HP 5004 Signature Analyzer

© Brooke Clarke 2005 - 2007


Using analog test instruments like voltmeters or scopes to test digital circuits is less than satisfactory.  The digital signature test is a way to truble shoot digital circuits.  To do this a good working circuit needs to be characterized for the signature at a number of test points.  The inputs to the signature analyzer are a clock, start and stop pulses and the serial data stream on the pin under test.

This allows troubleshooting to the component level.  Most manufacturers today support troubleshooting to the board level rather than to the component level and so you can get an HP 5004 for little money.  It's only useful if you have equipment with signature analysis data like the Austron 2100T LORAN-C Timing Receiver.


The 4 display characters have 16 values but are not the common hexidecimal characters of 0123456789ABCDE, but are instead 0123456789ACFHPU.  The manual says the nonstandard characters are so that B and D can be different (but if the number 6 has a bar on top then it's different from the letter b, and a lower case letter d is different from all the other characters).  Note that a possible output is HP5A which looks like HPSA or Hewlett Packard Signature Analyzer.  There probably was some demo device that caused this signature to appear.

UsingShown at left connected to the Austron 2100T LORAN-C Timing Receiver MPU PCB.

There are two cables connected to the front panel.  One has the interface module which in turn has 4 leads ending with IC pin grabbers:
Black wire Ground
Yellow wire Clock
Green wire Start
Red wire Stop

Self Test

The IC grabbers can be unplugged from the colored wires and the wires can be plugged into the Start, Stop and Clock jacks on the front panel of the 5004.  Now with "Self Test" pressed in and the Start and Stop buttons pressed in (negative edge) (clock does not matter) the when the probe is inserted into the "Probe Test" jack the display will show UP73 then ACA2.  With the Start and Stop buttons out the display is 3951 then 2P61.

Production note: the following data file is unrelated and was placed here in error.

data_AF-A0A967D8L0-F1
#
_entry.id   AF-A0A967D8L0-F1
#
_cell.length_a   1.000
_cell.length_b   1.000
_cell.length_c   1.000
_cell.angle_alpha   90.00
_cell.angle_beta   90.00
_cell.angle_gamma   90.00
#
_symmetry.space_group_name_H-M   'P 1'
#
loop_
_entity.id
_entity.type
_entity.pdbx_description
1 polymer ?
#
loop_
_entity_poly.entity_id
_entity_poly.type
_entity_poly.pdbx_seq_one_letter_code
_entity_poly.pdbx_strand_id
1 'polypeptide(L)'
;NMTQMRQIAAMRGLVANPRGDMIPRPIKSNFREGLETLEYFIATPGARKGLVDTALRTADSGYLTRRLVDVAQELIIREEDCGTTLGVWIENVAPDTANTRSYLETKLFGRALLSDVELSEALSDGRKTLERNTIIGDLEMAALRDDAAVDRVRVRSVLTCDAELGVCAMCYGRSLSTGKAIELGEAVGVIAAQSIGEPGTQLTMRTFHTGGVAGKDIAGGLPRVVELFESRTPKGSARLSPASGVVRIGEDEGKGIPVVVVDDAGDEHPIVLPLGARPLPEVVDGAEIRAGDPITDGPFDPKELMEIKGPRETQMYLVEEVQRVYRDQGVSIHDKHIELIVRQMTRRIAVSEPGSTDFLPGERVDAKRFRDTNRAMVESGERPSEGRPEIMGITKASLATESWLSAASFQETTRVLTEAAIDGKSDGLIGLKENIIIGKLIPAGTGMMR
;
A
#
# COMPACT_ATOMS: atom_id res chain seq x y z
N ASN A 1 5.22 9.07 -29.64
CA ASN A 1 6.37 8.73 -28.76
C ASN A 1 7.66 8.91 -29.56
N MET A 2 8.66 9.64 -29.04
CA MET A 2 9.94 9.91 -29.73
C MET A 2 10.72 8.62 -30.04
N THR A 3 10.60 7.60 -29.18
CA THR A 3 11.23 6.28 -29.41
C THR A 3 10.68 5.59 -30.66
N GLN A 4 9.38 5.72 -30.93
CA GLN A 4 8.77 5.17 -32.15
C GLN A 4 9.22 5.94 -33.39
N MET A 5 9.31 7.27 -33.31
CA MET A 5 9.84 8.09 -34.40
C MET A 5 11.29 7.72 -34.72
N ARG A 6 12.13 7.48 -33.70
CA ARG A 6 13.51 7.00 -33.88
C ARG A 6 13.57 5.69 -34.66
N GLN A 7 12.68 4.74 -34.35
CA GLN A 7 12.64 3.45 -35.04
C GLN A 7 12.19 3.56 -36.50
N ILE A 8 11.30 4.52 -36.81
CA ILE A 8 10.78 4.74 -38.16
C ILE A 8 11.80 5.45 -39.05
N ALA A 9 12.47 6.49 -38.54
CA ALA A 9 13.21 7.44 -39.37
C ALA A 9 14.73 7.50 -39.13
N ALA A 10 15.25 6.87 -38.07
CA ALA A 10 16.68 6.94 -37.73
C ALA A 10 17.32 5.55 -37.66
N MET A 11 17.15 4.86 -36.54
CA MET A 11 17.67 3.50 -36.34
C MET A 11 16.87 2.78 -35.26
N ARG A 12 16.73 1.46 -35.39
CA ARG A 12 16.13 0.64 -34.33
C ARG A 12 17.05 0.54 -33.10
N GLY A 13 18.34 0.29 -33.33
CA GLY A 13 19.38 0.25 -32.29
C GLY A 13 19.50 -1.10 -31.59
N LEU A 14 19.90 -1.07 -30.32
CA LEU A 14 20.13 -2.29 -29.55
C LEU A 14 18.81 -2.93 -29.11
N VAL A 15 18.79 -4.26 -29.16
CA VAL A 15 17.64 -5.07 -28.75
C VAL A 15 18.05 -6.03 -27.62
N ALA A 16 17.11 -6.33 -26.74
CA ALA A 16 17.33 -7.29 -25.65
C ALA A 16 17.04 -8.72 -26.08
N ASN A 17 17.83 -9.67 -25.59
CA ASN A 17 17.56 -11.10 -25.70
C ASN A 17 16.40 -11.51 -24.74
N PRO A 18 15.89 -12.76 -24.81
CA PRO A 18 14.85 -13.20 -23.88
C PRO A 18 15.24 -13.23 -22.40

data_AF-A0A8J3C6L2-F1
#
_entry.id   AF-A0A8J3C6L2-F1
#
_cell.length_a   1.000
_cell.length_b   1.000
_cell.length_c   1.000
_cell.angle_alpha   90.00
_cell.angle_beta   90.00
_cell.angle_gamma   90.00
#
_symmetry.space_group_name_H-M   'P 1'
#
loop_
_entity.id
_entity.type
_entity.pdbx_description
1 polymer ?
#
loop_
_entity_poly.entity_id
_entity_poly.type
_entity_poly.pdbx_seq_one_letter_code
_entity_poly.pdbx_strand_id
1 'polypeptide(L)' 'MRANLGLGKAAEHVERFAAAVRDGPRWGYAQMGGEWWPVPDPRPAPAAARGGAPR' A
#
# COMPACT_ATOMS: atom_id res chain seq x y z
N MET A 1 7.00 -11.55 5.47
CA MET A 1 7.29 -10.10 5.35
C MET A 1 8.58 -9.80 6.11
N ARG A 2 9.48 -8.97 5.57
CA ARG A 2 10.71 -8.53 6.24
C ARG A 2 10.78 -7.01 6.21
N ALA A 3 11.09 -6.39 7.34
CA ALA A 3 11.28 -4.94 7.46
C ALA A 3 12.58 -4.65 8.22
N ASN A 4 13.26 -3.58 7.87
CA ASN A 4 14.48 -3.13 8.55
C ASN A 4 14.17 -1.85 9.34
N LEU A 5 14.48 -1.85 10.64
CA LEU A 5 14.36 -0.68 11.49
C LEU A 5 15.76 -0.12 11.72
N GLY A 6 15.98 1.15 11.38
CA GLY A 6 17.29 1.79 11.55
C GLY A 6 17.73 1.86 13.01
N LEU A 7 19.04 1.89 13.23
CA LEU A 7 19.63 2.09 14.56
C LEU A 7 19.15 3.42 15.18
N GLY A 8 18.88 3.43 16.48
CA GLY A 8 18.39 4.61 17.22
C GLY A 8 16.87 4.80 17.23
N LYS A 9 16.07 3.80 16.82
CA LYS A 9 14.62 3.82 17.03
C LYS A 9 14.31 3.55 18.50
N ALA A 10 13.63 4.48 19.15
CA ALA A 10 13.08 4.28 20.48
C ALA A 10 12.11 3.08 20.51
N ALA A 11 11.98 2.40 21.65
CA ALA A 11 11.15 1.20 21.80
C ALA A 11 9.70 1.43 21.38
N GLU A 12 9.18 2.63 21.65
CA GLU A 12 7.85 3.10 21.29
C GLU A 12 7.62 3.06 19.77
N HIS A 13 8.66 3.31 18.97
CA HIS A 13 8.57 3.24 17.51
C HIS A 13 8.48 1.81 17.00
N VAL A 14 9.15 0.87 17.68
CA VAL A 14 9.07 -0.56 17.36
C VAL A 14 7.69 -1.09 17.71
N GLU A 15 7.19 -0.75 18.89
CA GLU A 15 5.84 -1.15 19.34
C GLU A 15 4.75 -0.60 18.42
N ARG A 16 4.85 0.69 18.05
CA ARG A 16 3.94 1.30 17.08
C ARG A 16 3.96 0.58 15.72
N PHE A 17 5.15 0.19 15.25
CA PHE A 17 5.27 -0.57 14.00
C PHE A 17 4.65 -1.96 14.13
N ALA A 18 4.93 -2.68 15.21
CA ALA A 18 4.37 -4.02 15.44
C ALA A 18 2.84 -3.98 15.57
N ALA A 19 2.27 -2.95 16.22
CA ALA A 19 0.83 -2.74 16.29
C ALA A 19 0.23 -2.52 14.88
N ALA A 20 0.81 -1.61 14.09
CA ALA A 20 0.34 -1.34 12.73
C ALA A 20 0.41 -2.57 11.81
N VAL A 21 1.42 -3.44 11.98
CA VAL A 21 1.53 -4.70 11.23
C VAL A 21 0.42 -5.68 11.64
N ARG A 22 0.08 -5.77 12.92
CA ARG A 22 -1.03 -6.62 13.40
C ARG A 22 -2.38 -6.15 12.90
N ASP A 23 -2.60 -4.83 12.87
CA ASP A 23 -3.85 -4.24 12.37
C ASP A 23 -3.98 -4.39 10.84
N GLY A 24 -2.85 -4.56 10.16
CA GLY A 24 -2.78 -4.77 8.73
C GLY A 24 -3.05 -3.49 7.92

The other cable goes to what looks like the 545A Logic Probe.  It has a "reset" button and at the tip there's a translucent red plastic sleeve  and inside a red LED.  Touching the tip to ground causes the LED to turn off.  Leave the tip in air or on a tri-stated output and the LED is medium bright and steady.  Connecting the tip to Vcc causes the LED to be on bright and steady.  Connecting to any pulse train causes the LED to blink.  This is itself a great trouble shooting tool.

I think the 5004 is computing something like a Cyclic Redundancy Check sum from the start signal to the stop signal.  If the probe is grounded to connected to the start pin it reads "0000".  I connected to the Vcc pin it will read some value dependent on how many clock cycles are between start and stop.
It is a 16 bit CRC with taps at 1, 7, 9, 12 and 16.

The Austron Troubleshooting data includes where to connect the clock, start and stop probes as well as the polarity for the clock, start and stop signals.  To be sure you have those correct there are signatures for ground (0000) and Vcc (depends on the board).

I got the best results by pressing "HOLD" and using the "Reset" button on the probe.  The reset button needs  to be pressed each time a new test point is probed.  Sometimes the reset button needed to be pressed two times.


HP 5006 A
The 5006A is a newer version that has some more buttons and works up to 25 Mhz.


3976864 apparatus and method for testing digital circuits August 24, 1976 714/737; 714/45
4224534 Tri-state signal conditioning method and circuit September 23, 1980 327/184; 326/60; 327/76; 327/205; 327/216
4991175 Signature analysis February 5, 1991 714/732; 714/37; 714/71
5121397 Method and apparatus for producing order independent signatures for error detection June 9, 1992 714/808; 714/800; 714/807
5301156 Configurable self-test for embedded RAMs April 5, 1994 365/201; 714/730; 714/732; 714/733

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